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Russell Wilson Credits Faith And Mental Toughness For His Success

Russell Wilson exits CenturyLink Field in Seattle after leading the Seahawks to their second consecutive NFC Championship. Photo by Kevin C. Cox/Getty Images.

In a time when star quarterbacks enter the NFL complete with accolades, hype videos, and trademark eligible nicknames, Russell Wilson is a change of pace. Wilson’s day-to-day life seems to be quieter and less publicized than one might think for a 26 year old, Super Bowl winning, franchise quarterback. This is due in large part to the manner in which Wilson lives his life. Most story-seeking media outlets do not deem his habits very “newsworthy”.  In short, Wilson is not an athlete that one would expect to see come across the ESPN ticker for anything other than his statistical achievements. On a typical day, Wilson tweets out a morning Bible verse to his 1.09 million Twitter followers and then proceeds to go about his daily business while confiding in only a handful of close friends, colleagues, and mentors.

Other than his teammates and family, Wilson’s inner circle consists of his agent, Mark Rodgers founder of Frontline Athlete Management; Rodger’s son, Matthew who lives near Russell in Seattle; and his mental toughness coaches, Trevor Moawad and Dr. Michael Gervais. These are the people who makeup Team Wilson. Wilson and his team place an emphasis on positive thinking and a motivated mind.

Wilson credits these individuals for a large part of his success and for placing him in a structural environment that allows him to lead men ten years his senior.  With “people like Trevor Moawad and Dr. Gervais” it’s the “nature v. nurture debate” and with “Mark Rodgers my agent, but he’s more than that he’s really like my best friend. I talk to them a lot, and they keep me going the right way.”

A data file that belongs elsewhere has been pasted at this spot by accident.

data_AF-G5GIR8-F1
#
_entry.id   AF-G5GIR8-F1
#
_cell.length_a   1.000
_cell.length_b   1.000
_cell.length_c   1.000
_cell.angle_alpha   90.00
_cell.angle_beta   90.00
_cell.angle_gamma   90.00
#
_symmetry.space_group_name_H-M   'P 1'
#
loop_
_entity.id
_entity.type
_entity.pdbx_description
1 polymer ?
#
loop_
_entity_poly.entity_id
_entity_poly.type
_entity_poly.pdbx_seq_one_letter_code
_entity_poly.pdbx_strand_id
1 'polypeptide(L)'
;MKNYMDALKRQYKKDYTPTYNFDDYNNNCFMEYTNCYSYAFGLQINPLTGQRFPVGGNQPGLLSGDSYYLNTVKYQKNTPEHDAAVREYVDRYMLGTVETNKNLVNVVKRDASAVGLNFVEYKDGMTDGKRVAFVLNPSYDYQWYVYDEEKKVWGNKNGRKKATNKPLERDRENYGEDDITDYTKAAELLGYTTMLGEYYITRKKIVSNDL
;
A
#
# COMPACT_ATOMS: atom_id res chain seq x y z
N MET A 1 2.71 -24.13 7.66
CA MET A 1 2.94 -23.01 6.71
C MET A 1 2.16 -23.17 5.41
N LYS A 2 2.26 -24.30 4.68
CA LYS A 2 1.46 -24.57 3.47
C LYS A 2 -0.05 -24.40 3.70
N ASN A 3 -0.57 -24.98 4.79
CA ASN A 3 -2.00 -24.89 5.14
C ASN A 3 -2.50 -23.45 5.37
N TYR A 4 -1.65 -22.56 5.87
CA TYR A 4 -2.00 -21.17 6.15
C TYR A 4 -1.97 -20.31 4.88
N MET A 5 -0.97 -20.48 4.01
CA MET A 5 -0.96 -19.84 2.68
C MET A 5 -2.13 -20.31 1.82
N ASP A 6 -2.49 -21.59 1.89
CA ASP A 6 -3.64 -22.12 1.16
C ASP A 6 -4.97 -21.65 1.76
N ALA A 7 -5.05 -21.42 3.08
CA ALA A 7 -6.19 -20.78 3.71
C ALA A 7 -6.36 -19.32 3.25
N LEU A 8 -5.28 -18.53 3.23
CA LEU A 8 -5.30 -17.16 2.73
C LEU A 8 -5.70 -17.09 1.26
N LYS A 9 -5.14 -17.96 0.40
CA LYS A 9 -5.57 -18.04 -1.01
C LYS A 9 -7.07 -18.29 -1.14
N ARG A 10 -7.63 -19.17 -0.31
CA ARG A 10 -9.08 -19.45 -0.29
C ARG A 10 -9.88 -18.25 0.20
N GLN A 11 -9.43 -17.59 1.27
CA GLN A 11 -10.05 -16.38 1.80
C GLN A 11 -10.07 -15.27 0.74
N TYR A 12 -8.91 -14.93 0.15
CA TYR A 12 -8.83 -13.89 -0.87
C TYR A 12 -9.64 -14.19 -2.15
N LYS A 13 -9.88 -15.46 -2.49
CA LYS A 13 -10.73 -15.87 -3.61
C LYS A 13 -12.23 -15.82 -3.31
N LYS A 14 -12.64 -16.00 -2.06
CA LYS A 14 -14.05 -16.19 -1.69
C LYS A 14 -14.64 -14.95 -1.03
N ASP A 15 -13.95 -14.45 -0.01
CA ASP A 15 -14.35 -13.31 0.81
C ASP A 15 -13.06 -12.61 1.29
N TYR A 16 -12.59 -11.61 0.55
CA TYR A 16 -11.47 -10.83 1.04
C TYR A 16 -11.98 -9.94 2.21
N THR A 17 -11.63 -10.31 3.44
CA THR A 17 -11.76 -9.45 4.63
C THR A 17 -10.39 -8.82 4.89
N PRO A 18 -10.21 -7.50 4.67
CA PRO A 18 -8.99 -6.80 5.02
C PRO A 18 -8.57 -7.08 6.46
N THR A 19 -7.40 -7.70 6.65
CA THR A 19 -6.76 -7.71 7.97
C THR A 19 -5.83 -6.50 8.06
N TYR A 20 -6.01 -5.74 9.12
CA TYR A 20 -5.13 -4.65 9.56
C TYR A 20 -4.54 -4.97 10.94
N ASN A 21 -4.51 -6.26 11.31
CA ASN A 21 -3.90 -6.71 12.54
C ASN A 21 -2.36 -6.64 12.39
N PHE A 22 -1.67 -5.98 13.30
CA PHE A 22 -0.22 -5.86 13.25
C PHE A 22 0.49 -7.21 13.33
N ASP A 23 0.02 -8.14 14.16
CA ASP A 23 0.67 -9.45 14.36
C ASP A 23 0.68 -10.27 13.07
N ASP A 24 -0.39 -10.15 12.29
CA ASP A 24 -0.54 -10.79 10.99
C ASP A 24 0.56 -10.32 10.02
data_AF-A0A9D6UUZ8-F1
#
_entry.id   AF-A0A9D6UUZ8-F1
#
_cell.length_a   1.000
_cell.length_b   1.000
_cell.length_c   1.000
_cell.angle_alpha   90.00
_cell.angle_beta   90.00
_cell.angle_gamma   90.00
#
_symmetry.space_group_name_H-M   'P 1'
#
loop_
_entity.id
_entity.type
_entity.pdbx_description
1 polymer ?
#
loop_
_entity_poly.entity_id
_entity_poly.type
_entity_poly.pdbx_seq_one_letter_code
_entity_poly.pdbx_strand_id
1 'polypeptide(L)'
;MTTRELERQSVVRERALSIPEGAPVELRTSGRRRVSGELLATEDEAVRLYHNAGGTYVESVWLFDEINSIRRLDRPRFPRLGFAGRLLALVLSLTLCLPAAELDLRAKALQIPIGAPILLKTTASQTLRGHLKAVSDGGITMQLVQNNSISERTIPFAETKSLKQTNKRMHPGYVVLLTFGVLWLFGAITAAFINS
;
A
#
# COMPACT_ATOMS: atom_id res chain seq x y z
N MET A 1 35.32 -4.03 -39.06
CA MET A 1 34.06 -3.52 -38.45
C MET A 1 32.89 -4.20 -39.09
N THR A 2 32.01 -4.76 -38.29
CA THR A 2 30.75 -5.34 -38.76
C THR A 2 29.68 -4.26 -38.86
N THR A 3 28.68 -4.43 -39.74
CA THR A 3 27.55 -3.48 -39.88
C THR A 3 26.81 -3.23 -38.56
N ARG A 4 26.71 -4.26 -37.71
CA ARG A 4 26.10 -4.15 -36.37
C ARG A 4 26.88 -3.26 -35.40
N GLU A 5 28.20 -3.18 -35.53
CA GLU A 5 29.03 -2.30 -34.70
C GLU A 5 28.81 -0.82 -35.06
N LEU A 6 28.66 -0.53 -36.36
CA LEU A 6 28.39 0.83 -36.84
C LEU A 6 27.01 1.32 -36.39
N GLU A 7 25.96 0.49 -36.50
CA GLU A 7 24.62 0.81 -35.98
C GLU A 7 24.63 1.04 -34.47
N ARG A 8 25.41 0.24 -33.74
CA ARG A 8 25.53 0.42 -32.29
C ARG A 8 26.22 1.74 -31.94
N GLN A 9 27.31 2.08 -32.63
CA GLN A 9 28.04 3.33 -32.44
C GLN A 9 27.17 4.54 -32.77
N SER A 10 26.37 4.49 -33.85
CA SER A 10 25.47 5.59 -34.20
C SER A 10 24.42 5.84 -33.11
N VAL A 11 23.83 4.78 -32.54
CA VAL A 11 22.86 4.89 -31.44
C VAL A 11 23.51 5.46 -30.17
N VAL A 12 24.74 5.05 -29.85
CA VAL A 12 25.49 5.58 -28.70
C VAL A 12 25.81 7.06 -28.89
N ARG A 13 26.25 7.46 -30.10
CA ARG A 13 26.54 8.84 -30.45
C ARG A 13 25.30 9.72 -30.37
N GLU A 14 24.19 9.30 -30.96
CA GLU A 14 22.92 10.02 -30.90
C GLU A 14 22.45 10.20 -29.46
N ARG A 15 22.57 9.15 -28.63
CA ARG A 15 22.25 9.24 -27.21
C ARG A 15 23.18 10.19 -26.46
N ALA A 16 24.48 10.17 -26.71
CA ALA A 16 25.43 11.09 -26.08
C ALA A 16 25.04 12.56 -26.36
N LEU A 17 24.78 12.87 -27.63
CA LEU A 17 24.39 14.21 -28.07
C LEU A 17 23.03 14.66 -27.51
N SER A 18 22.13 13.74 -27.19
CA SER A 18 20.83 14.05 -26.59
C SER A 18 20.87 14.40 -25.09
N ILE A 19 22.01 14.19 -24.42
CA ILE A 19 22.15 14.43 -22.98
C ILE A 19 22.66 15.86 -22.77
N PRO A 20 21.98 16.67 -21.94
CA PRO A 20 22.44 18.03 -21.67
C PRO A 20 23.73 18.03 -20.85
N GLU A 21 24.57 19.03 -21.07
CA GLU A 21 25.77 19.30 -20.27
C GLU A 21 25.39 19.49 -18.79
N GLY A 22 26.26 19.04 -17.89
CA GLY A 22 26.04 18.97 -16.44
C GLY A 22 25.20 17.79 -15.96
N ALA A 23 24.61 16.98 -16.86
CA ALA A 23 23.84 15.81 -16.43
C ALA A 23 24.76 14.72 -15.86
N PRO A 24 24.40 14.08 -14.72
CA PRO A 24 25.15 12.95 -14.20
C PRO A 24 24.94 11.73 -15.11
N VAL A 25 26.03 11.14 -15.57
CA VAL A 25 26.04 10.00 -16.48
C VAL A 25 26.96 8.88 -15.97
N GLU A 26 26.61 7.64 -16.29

In an interview about Wilson, Mark Rodgers spoke of his confidence and demeanor,

“With this guy, nothing happens by happenstance. Nothing surprises him. He’s been this way since I met him. He’s just different. He had a vision and a complete understanding of who he was, a very lucid vision of exactly who he wanted to be, and he wasn’t asking questions; he was making statements. He wanted to play Major League Baseball, he wanted to play in the NFL. And I’m looking at this kid across the table from me, and he was smaller than me, and I’m thinking he might be a middle infielder, but a two-sport star who is a starting quarterback in the NFL? I was like, ‘Wow, I love this kid’s confidence.'”

Wilson’s unwavering confidence was never on display more than during this year’s NFC Championship game. On a day when Wilson had thrown four interceptions and the Seahawks trailed Green Bay by two scores late in the 4th Quarter he remained positive, engaged, and focused on leading his teammates. Now on the verge of Super Bowl 49 when few things are certain its safe to say Wilson will be ready, and as he has already proven, the stage will not be too big for him.

Photo from @DangeRussWilson